Zim Ship 311.
(photo credit: Courtesy)
Exporters of refined petroleum products and chemicals are most vulnerable to damage from Turkey’s decision to suspend trade relations with Israel, the Israel Export Institute said Tuesday.
In 2010 the two industries accounted for around 10 percent of Israeli exports to Turkey, a share which grew to some 14% in the first half of this year.
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Export Institute Director Avi Hefetz said Tuesday that his organization is tracking developments and examining the impact Turkish Prime Minister Recep Tayyip Erdogan’s declaration will have on Israel exporters.
“From conversations with exporters, it has arisen that Turkish businesspeople are interested in continuing trade relations with Israel and recognize the importance of those relations to Turkey’s economy. I hope these circumstances don’t cause any damage to Israeli exporters. Turkey also has an interest in good trade relations with Israel,” Hefetz said in a press statement.
Federation of Israeli Chambers of Commerce President Uriel Lynn made
similar comments, saying, “The relations between the Israeli and Turkish
business communities are excellent and are based on solid foundations.”
He called on both governments to take steps to halt what he called a
“dangerous escalation,” adding that it was not important which side
makes the first move.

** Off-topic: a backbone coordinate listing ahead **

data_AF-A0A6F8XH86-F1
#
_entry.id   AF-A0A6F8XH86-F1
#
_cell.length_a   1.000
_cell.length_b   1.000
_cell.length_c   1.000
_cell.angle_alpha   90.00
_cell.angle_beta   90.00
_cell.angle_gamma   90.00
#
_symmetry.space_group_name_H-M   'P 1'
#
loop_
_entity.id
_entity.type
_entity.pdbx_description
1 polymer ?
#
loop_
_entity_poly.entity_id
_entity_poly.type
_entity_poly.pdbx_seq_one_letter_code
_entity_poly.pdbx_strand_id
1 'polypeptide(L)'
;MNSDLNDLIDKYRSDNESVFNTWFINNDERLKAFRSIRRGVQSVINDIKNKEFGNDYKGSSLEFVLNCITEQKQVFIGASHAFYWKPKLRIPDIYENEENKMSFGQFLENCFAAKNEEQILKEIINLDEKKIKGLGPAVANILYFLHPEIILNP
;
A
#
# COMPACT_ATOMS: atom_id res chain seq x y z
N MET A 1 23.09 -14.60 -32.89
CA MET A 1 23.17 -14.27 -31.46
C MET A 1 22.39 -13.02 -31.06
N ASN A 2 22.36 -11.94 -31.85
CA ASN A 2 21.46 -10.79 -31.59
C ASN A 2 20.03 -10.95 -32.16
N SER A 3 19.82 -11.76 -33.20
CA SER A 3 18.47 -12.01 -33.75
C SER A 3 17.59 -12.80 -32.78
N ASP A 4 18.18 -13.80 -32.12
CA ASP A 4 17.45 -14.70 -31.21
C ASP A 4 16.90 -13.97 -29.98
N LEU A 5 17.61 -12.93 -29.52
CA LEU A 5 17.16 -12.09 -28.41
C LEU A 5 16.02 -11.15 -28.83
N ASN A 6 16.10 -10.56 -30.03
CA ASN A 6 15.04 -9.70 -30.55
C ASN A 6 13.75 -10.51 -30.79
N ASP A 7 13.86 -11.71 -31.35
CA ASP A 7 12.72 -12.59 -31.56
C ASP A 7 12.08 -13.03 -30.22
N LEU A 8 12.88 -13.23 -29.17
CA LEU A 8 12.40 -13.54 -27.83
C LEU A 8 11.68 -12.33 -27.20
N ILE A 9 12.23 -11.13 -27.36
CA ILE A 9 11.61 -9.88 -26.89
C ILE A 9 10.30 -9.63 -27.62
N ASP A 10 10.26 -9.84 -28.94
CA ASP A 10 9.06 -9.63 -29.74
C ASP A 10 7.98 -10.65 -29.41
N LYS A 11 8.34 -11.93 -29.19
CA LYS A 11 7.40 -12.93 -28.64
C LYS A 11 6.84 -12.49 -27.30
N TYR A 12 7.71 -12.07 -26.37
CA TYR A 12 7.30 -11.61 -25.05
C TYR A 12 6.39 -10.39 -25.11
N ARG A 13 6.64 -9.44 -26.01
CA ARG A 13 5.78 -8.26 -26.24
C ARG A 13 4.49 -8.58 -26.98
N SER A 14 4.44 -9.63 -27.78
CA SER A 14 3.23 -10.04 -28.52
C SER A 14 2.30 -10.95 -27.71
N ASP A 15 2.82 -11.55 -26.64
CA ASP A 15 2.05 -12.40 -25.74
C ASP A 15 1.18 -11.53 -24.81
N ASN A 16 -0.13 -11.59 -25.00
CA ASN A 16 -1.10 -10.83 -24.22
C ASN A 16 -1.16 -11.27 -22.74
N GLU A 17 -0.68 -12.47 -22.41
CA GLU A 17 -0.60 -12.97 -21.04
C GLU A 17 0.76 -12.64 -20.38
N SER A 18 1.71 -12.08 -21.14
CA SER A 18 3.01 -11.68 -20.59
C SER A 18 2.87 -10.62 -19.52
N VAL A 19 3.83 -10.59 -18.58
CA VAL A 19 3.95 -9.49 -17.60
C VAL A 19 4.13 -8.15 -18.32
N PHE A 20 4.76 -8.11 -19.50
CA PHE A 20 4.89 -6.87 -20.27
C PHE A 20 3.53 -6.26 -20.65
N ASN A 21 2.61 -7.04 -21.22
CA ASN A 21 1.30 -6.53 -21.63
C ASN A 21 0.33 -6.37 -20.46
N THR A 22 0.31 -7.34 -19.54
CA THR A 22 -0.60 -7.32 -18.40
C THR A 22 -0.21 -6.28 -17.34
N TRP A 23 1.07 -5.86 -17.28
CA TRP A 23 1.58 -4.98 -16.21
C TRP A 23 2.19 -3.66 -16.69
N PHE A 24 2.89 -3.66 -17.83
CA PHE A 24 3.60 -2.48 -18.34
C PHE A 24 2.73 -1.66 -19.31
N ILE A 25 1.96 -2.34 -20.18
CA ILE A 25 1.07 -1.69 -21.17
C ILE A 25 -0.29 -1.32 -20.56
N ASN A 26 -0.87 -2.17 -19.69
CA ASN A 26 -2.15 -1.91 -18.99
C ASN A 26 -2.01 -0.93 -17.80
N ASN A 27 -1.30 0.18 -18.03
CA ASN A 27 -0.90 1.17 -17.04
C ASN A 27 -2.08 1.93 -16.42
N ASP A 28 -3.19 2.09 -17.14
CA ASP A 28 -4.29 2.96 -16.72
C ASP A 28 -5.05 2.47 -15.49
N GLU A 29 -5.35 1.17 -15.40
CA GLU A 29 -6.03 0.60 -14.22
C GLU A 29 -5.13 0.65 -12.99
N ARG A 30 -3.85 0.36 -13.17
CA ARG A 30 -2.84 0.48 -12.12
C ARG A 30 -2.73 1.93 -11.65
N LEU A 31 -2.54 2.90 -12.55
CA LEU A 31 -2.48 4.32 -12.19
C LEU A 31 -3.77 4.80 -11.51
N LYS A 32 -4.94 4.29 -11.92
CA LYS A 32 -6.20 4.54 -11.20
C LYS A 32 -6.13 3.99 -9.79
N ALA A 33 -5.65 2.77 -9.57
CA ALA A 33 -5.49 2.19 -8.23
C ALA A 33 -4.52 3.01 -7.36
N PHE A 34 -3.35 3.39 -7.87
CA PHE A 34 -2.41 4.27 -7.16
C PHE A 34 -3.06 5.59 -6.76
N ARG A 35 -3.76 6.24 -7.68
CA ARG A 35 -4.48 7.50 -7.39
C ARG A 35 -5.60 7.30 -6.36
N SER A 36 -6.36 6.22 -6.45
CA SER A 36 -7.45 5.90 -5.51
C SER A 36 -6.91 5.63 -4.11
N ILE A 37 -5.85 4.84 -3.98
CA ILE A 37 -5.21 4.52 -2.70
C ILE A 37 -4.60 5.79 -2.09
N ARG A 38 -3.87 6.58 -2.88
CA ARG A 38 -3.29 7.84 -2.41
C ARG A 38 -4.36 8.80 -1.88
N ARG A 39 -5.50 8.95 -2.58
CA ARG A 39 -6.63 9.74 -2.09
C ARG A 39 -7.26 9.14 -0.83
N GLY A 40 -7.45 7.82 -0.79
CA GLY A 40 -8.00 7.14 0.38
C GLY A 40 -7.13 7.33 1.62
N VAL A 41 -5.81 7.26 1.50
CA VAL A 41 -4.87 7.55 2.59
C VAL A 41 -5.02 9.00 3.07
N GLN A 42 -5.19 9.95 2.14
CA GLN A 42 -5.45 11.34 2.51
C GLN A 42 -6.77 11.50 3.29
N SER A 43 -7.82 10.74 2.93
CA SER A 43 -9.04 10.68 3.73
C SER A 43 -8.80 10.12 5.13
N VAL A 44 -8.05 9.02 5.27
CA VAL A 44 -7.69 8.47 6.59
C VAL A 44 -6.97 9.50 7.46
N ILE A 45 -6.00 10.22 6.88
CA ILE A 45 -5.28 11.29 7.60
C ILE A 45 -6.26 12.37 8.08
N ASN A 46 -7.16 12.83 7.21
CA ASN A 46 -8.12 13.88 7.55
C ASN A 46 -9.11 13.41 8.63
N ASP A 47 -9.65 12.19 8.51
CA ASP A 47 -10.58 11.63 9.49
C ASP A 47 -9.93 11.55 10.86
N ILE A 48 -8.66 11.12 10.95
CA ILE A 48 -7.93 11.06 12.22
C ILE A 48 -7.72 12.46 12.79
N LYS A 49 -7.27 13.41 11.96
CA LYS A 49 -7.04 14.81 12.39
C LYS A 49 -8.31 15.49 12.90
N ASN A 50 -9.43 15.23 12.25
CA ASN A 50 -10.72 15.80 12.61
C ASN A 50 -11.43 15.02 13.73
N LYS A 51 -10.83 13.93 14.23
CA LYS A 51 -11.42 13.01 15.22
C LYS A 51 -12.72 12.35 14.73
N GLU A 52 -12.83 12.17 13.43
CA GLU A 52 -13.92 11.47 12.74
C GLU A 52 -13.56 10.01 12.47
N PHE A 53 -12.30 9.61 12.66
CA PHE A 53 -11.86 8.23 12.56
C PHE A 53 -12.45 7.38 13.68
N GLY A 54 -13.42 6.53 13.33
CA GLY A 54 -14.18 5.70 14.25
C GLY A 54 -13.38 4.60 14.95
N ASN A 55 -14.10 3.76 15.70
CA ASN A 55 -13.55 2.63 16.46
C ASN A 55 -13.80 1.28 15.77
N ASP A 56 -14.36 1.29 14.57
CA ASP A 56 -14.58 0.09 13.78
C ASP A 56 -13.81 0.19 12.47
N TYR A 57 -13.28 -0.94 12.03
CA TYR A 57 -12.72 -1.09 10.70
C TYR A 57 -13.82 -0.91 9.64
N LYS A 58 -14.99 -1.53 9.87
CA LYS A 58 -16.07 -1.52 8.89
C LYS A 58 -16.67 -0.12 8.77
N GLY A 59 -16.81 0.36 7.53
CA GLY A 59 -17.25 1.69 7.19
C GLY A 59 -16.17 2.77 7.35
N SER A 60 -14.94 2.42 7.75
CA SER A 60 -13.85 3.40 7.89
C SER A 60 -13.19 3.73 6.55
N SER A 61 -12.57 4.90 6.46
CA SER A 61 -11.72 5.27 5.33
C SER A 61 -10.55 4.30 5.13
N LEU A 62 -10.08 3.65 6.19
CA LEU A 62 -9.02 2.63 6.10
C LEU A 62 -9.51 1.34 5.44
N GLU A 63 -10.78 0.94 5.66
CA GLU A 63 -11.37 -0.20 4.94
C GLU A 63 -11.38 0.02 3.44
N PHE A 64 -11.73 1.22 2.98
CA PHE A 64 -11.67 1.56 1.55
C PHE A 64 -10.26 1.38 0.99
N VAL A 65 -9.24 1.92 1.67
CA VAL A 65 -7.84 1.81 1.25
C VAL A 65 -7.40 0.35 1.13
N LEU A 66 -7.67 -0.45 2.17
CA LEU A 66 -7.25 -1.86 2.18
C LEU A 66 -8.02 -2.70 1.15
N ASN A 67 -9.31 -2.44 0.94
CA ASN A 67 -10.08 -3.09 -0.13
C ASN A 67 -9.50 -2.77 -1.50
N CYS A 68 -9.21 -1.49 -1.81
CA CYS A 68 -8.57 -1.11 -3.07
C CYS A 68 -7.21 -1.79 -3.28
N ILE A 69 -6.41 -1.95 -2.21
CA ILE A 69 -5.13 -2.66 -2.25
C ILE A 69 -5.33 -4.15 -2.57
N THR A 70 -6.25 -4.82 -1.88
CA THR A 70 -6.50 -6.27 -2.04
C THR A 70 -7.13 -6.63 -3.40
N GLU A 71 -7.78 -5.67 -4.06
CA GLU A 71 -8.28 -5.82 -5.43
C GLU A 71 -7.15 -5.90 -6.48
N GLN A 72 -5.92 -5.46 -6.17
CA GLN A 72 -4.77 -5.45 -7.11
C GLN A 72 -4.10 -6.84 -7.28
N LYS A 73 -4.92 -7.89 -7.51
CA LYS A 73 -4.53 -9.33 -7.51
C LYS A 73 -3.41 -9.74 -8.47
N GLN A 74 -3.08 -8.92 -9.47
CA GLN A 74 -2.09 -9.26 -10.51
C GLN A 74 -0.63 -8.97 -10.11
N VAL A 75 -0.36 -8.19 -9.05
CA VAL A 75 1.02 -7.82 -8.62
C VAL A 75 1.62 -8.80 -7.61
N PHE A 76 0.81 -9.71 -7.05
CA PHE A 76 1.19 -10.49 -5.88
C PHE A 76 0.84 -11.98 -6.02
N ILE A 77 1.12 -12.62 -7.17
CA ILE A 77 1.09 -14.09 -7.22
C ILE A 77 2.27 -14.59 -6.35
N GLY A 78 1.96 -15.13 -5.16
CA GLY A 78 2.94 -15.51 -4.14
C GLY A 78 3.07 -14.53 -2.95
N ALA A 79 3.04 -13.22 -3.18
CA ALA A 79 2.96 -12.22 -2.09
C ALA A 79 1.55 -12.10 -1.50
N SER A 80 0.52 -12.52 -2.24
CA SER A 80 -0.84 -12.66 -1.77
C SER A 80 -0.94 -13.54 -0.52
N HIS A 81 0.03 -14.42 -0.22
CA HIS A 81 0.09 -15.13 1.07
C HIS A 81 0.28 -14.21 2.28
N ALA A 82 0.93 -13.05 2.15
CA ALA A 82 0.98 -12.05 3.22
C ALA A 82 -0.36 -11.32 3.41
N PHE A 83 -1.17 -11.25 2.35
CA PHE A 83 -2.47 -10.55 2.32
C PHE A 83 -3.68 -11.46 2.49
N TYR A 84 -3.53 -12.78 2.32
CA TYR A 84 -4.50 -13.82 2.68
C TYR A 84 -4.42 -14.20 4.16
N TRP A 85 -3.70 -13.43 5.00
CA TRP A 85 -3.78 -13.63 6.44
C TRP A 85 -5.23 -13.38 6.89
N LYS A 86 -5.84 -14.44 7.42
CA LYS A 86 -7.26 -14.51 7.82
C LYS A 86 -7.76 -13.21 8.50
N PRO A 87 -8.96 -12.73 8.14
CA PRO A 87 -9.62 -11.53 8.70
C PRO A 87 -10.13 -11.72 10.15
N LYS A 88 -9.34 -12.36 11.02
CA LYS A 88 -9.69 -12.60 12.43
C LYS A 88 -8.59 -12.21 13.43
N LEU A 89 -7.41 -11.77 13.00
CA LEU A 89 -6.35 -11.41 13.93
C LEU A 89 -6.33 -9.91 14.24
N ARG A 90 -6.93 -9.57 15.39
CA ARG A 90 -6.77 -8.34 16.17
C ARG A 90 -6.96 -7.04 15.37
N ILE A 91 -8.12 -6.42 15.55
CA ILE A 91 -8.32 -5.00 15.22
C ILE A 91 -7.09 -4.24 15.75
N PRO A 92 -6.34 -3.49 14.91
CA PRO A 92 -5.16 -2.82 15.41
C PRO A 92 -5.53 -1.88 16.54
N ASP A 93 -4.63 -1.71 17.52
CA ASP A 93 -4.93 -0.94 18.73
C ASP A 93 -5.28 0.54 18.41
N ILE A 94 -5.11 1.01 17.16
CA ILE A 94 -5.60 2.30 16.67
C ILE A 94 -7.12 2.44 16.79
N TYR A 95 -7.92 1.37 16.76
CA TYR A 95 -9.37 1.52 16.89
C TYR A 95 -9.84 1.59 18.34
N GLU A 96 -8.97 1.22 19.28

Manufacturers Association Director of Foreign Trade Dan Katarivas told
The Jerusalem Post
that the damage to exporters would not be as great as
is being reported in some media, given that the Turkish ban is
restricted only to military products and to trade at a governmental
Defense-related trade has shrunk over the past few years, while other
trade has risen, he said. “In the course of the Marmara
episode and the global [financial] crisis, we see that trade between
Israel and Turkey has continued to grow. What this shows is that these
two economies are a very good example of what is called complementary
economies, which means that they know what to look for from us and we
know what to look for from them.”
He added that in the past few months he has seen a maturation in both
business sectors “who know how to differentiate between politics and the
“We estimate that very few [exporters] will be influenced by the political tensions.
There is no doubt that it is easier to do business with a country with
which there is a positive political atmosphere, but to our great
fortune, Israeli businesspeople know how to work with countries with
which we have poor relations, or with which relations are not always the
Turkey is Israel’s seventh-largest trading partner, according to the
Israel Export Institute. Against the backdrop of ongoing tensions
between the two countries, bilateral trade continued to grow rapidly at
the beginning of 2011, totaling $2.4 billion in the first half of the
In 2010 total bilateral trade grew to $3.1 billion, up 26% from the $2.5
billion recorded the previous year. Exports grew last year by 21% to
$1.30 billion, while imports grew by 30% to $1.80 billion.